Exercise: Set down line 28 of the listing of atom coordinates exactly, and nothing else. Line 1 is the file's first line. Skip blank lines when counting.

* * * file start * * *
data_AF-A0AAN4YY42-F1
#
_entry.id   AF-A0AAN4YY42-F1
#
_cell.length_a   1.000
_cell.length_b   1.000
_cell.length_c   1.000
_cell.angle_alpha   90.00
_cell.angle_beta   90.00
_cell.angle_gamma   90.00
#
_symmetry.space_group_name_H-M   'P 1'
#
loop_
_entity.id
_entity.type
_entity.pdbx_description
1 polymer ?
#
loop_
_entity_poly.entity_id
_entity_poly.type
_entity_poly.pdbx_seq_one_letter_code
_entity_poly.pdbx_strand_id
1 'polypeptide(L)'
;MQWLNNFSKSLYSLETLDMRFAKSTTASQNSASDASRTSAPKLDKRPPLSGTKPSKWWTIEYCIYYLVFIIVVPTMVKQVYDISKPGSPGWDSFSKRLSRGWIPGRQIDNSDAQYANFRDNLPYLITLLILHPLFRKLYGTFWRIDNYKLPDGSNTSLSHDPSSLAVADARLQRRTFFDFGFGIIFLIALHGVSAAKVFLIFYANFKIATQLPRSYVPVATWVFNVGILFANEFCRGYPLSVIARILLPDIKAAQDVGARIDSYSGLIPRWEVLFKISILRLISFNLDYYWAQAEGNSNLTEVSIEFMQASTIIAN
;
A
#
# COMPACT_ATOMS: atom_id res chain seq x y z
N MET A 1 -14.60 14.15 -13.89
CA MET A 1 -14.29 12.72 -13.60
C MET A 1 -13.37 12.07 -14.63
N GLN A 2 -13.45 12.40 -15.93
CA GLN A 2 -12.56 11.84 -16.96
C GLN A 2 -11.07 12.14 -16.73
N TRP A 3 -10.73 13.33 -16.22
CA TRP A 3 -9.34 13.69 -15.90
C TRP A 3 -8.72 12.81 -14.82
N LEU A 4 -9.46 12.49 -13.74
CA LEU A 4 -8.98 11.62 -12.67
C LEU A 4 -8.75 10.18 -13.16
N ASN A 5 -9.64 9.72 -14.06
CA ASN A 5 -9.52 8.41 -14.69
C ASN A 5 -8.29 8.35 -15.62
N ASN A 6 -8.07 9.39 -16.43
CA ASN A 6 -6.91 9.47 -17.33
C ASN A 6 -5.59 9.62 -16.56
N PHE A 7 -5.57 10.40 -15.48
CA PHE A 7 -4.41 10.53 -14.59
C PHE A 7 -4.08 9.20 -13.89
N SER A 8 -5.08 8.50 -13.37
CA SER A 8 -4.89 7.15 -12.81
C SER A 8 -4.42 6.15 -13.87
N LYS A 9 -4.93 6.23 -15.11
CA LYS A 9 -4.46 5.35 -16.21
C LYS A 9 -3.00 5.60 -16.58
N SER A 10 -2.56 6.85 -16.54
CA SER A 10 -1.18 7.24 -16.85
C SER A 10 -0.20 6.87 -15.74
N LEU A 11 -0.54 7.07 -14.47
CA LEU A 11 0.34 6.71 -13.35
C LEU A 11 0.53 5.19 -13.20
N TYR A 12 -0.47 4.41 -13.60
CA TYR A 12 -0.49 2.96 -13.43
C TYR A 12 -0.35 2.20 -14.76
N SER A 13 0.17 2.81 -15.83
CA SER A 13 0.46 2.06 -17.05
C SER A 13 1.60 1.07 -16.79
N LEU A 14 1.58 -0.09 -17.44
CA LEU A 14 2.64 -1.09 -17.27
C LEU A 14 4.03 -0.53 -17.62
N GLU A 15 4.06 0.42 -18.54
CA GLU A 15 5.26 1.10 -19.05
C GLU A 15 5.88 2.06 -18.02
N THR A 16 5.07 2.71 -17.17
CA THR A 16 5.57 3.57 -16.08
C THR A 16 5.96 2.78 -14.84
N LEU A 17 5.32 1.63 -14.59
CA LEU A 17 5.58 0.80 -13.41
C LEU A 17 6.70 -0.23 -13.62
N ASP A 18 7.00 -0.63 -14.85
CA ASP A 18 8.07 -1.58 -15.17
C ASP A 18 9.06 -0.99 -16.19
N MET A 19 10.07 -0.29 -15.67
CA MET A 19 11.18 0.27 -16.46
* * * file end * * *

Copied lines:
A